You are here
Customers more satisfied with F&B and tourism sectors in Q3
CUSTOMER satisfaction rose for Singapore's food & beverage (F&B) and tourism sectors in the third quarter of this year, driven by increases in perceived quality and perceived value.
The latest Customer Satisfaction Index of Singapore (CSISG) showed that the tourism sector scored a 1.7 point increase year on year to 71.1 points in Q3, while the F&B sector saw its score rise 2.98 points to 70.1 points.
The report was released by the Institute of Service Excellence (ISES) at Singapore Management University.
Under the F&B sector, the cafes and snack bars sub-sector scored 2.64 more points year on year at 70.7, while the bars and pubs sub-sector scored 72.7, or 3.75 points more. Meanwhile, the score for food courts was up 2.74 points to 69.2, while the restaurants sub-sector scored 69.8 points. The fast food restaurants sub-sector scored 70.7 points or 1.36 more points.
However, the results also showed a decline in expected quality among locals particularly for food courts, bars and pubs as well as cafes and snack bars, which could discourage repeat business if the trend persists in subsequent years. Expected quality refers to expectations the consumer has before trying an establishment, which could be affected by social media or consumer review websites.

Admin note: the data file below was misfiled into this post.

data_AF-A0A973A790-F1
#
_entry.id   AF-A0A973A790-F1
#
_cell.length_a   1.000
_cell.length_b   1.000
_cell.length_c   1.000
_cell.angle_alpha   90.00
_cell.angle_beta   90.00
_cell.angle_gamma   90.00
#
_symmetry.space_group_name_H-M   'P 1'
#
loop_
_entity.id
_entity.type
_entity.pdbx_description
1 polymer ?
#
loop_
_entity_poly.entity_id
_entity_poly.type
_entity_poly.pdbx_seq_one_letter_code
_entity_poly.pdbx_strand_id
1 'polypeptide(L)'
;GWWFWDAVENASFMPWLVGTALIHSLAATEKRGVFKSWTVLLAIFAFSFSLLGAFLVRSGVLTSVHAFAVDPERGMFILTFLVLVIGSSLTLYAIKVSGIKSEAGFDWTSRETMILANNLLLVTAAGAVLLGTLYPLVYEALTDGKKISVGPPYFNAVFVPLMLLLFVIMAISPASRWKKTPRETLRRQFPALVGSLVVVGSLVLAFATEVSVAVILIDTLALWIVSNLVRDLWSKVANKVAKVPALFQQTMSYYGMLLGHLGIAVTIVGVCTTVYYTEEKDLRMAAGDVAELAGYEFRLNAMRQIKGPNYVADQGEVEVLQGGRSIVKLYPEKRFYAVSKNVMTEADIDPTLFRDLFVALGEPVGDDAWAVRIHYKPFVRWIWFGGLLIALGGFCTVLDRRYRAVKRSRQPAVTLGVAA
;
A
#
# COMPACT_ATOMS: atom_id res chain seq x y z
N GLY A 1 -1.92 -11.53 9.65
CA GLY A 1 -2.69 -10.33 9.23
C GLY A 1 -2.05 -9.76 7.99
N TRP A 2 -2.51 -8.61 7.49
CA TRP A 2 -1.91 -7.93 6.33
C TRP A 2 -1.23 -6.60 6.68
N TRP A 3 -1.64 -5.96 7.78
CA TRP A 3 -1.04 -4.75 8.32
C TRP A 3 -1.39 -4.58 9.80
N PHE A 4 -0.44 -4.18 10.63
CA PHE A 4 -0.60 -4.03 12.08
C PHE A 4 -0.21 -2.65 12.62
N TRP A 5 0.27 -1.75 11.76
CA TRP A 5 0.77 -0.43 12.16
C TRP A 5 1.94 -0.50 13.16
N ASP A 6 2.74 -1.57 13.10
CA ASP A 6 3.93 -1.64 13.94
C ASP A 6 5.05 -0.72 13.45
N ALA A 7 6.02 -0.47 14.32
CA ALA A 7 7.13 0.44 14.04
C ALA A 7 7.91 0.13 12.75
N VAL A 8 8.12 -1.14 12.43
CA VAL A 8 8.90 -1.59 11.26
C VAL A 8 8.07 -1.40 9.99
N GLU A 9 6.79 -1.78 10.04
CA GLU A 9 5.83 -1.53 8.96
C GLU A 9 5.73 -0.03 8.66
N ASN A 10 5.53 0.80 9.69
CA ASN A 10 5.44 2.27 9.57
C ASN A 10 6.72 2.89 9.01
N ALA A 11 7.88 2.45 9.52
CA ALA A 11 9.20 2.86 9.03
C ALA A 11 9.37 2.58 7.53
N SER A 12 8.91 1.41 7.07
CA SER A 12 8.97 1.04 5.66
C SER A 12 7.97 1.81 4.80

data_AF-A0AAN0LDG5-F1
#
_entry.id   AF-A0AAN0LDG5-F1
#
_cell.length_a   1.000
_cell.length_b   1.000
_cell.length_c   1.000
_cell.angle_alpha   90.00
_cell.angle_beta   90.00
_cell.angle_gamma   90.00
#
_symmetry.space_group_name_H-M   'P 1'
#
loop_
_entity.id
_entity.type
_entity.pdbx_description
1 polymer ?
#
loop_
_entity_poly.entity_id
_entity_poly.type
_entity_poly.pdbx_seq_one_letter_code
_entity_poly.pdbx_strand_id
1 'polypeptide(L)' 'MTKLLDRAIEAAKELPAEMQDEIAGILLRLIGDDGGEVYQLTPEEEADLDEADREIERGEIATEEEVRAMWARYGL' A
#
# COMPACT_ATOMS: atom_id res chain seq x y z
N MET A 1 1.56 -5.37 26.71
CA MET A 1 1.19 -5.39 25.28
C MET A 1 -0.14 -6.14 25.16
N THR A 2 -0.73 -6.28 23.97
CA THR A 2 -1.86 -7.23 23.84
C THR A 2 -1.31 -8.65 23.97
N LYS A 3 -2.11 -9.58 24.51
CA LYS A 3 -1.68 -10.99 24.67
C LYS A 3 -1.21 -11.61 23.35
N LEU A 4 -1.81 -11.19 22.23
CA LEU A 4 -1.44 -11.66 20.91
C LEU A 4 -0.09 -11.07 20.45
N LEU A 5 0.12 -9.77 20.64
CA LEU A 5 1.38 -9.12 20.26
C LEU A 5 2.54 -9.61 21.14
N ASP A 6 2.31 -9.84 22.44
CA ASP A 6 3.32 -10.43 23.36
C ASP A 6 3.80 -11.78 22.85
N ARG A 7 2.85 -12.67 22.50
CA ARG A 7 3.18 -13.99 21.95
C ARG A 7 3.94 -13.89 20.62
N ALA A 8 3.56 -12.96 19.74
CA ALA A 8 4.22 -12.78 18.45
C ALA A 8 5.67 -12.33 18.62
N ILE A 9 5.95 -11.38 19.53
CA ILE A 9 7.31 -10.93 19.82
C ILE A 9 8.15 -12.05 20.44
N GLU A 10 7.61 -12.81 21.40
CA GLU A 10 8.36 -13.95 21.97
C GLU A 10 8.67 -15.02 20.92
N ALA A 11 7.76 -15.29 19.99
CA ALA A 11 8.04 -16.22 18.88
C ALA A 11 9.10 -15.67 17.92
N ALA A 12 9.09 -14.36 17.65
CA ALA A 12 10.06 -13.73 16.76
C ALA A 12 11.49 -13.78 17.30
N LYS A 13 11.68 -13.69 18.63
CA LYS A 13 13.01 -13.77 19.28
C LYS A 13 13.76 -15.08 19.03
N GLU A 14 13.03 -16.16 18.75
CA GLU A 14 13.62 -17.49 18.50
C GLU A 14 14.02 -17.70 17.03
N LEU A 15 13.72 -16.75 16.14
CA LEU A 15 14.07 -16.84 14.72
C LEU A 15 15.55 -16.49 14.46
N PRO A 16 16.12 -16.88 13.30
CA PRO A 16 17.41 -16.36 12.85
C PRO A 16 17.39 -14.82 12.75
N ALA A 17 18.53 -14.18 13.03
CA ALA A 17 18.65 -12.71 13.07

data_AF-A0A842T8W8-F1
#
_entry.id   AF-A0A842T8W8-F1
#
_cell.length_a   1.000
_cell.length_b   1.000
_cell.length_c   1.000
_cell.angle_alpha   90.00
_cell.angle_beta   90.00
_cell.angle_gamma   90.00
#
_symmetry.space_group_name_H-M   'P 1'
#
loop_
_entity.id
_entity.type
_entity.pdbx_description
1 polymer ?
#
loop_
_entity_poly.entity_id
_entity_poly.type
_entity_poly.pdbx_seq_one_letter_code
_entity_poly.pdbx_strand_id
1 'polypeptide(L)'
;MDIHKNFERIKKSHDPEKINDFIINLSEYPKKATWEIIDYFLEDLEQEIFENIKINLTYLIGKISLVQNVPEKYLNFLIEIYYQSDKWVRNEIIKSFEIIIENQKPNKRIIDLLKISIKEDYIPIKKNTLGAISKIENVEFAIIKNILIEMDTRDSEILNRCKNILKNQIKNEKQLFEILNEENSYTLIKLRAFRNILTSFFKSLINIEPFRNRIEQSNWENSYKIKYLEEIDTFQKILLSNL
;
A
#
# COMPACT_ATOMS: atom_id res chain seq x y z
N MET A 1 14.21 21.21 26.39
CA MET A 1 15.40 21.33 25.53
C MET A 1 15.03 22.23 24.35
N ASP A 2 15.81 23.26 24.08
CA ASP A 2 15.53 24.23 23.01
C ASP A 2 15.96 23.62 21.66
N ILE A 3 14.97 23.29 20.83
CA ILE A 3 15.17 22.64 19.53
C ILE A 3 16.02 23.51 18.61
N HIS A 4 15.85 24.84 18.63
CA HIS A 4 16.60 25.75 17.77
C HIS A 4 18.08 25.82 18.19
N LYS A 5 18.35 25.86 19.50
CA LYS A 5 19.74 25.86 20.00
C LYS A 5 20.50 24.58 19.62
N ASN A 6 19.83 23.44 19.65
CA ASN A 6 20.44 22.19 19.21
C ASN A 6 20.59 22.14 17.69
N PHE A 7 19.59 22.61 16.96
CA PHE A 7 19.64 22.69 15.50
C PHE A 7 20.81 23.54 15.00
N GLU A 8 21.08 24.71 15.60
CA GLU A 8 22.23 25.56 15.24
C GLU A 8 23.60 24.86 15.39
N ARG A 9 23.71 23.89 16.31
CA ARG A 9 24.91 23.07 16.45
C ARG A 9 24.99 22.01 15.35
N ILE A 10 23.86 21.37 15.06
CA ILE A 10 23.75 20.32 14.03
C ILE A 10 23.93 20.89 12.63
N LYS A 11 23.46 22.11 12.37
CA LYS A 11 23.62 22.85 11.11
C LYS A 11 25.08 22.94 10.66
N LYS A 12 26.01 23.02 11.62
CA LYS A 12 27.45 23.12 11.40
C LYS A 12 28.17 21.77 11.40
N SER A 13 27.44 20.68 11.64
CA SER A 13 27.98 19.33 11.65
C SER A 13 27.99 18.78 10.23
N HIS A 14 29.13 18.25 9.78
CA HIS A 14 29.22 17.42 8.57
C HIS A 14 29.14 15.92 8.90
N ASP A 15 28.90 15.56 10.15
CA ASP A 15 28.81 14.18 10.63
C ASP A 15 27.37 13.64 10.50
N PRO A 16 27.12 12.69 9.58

Commenting on ways that F&B operators can enhance customer satisfaction, executive director of ISES, Neeta Lachmandas, said: "The use of technological enablers and availability of approachable and knowledgeable staff to assist in a smooth and quick process for seating and order-taking may be steps in the right direction."
For instance, using technology to enhance service delivery will allow F&B operators to redesign job scopes to enable learning and development. This means that staff can "move up" the value chain by taking on tasks which require more creative and strategic thinking skills.
Satisfaction and loyalty
"A well-designed service process tends to have a positive impact on satisfaction and loyalty. As customer expectations evolve, processes will need to keep pace with the change," Ms Lachmandas went on to say. "As processes change, businesses will attract the right people who see value in these changes."
Under the tourism sector, the attractions sub-sector turned in a better performance of 72.8 this year, up 2.53 points, with ease of getting around, F&B options and cleanliness listed as factors which affected scores. Within the sub-sector, Sentosa had the highest score of 74.3.
"Companies in this sub-sector would find much value in adopting service blueprinting as a means to understand customer pain points," added Ms Lachmandas.
Other sub-sectors under the tourism banner included hotels which scored 72.5 points, online travel agencies which had 67.7 points and travel & tour services, which rose 2.28 points to 68.7.